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From adoptions to drop-offs, animal shelters seeing the highs and lows of the pandemic

The Animal Humane Society can't keep pace with demand for pets, and that's just one way the pandemic has impacted its mission.

COON RAPIDS, Minn. — Tuesday afternoon at the Coon Rapids Animal Humane Society brought a familiar, good problem. Despite several adoption appointments left in the afternoon, the number of dogs available had already dwindled from six to three, and the shelter was down to its last cat looking for a home. 

"We've been extremely busy and the people wanting to come in far outpace the number of animals we actually have," said Coon Rapids shelter manager Astrid Kammueller. "Throughout our three sites, we have about 62 appointments a day, for adoptions, and they fill up. If somebody cancels it fills back in again."

As the pandemic began back in March, the Animal Humane Society was wondering whether it would be able to find enough homes willing to take in a pet and clear the metro shelters in time for a statewide shutdown.

But by the time the facilities began to reopen in May and June, demand had flipped, and Kammueller says its taught them a lot about how the pandemic has impacted people.

She says they've seen a big influx of older, first time pet owners, along with those who have had to stay home due to health concerns.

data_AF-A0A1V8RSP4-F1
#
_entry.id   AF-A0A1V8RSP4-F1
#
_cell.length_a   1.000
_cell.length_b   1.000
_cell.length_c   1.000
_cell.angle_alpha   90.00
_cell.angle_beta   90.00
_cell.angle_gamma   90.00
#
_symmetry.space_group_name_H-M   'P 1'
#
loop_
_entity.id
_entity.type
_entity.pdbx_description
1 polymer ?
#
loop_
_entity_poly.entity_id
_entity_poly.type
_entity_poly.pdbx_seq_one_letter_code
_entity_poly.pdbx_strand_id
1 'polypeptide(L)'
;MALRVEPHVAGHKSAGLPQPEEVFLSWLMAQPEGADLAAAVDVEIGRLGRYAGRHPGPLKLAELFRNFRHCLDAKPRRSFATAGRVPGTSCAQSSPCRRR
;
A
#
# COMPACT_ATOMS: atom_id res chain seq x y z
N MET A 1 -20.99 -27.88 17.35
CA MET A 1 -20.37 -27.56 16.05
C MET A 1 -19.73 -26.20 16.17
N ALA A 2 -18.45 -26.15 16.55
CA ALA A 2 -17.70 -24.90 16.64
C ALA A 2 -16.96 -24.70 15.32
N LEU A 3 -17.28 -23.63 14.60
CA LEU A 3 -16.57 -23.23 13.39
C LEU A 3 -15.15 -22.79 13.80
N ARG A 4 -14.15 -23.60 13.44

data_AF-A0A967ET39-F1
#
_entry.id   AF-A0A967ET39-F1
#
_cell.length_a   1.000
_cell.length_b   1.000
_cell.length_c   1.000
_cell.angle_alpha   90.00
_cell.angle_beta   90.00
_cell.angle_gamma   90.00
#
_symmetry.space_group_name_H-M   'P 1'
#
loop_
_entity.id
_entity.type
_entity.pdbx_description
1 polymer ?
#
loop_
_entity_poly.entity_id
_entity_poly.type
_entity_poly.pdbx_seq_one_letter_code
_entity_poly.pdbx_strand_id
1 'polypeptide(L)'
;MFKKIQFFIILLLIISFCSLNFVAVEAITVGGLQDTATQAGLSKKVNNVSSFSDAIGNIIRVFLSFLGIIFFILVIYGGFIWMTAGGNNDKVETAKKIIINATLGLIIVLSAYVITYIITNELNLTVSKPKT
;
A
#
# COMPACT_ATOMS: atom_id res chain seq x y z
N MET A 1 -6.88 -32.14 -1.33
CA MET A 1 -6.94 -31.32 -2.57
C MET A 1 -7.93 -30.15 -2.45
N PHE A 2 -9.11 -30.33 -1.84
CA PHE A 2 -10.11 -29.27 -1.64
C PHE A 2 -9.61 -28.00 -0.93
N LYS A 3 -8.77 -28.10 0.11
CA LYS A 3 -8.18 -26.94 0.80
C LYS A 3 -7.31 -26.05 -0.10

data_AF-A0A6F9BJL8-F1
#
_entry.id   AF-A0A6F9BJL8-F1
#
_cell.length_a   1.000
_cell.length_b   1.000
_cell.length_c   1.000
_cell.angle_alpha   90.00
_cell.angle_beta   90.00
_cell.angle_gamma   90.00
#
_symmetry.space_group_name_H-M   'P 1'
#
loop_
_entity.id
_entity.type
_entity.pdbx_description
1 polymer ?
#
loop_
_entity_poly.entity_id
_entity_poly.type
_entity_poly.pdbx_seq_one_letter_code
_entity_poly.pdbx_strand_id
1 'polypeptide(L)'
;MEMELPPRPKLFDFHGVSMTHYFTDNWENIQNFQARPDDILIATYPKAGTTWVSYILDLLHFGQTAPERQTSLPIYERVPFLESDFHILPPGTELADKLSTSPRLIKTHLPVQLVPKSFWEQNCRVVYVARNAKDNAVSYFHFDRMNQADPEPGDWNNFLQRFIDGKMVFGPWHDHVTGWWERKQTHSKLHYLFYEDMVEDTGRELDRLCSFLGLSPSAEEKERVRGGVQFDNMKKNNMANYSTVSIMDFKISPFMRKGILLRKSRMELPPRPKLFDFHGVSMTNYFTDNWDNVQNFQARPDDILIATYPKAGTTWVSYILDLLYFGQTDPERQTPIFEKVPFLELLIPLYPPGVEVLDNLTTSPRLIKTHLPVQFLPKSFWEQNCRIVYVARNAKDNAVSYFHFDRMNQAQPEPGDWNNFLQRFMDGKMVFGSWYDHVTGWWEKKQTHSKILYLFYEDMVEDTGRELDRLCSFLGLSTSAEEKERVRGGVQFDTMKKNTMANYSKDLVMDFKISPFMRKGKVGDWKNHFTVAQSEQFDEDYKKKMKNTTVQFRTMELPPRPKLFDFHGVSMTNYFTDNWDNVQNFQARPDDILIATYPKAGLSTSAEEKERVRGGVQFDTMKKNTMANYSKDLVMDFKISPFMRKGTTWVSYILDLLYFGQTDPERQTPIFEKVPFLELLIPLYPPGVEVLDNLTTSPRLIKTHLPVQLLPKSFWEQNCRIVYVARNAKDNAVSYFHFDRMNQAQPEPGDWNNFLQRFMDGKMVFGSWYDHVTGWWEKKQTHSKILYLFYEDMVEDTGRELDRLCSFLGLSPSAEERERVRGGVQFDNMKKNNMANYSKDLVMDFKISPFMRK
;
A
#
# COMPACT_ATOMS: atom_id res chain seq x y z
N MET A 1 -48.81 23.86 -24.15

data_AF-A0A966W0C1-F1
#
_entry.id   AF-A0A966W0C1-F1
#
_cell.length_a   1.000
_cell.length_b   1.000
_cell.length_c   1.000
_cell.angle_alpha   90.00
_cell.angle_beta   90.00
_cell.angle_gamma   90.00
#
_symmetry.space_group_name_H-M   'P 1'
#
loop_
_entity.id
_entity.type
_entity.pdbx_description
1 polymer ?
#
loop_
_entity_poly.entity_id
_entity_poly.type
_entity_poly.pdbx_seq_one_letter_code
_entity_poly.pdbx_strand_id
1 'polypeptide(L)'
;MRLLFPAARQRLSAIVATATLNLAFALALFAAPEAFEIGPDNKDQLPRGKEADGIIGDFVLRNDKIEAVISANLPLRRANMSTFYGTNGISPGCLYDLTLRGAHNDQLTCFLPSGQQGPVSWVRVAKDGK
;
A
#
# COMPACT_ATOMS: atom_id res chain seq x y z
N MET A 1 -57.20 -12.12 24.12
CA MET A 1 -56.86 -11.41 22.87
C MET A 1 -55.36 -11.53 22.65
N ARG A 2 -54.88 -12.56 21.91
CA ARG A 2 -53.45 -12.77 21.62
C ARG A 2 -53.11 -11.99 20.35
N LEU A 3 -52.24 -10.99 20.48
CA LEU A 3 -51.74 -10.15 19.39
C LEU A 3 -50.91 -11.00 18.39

"People are feeling a lot of loneliness right now," she said. "Having a pet at home to talk with, to interact with, is something that people find so comforting right now. For children, who also are not in school ... they can get some emotional support from those animals as well. It's like their friends."

And this year, more of those friends have been cats.

"A lot of dogs adopted in Minnesota come up from the south," Kammueller said. "Due to COVID, we couldn't do those transports for a number of months. But we've had people coming in looking for dogs that have decided a cat would be fantastic."

Kammueller says that has translated into more than 3,000 cat adoptions since the pandemic began, compared to just 1,200 dog adoptions.

Kent Erdahl: "So would you say cats are the unsung heroes of the pandemic?"

Kammueller: "Being a cat person, cat's are definitely the unsung heroes. They are aloof, they have that rep, but they offer a lot of companionship because all they want to do is snuggle up usually and find a nice, warm place. A lap is perfect."

But because of this imperfect year, it's also important to remember that many of the heartwarming homecomings now began with heartbreaking drop-offs.

"They are in a situation where they maybe can't keep that animal and they know the best thing for it is to find it another home," Kammueller said. "You see it every day, but I look at it as love on both sides."

Love that no one is taking for granted in 2020.